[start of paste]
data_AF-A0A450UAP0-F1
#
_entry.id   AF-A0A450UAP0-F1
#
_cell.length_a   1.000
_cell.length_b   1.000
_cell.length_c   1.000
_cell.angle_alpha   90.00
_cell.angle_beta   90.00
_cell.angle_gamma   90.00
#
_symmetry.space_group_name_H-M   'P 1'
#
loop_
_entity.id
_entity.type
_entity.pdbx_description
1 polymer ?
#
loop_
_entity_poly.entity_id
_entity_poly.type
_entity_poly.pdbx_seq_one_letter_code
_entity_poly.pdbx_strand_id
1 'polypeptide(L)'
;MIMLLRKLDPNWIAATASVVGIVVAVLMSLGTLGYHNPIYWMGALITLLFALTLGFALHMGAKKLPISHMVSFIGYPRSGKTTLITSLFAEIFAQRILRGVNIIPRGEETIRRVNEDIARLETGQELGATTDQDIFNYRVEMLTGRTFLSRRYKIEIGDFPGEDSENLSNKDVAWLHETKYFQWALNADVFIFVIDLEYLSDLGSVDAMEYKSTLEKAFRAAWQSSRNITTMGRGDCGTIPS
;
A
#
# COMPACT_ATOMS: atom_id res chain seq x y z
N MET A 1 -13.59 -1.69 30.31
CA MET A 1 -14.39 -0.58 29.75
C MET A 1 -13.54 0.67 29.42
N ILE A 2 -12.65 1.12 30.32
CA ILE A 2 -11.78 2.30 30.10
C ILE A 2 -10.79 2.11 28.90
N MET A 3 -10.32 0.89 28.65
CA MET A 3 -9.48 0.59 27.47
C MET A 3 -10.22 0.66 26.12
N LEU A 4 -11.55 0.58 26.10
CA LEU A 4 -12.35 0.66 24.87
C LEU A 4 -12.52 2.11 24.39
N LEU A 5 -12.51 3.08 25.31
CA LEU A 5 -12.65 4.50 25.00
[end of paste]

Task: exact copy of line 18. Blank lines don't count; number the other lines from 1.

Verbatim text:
1 polymer ?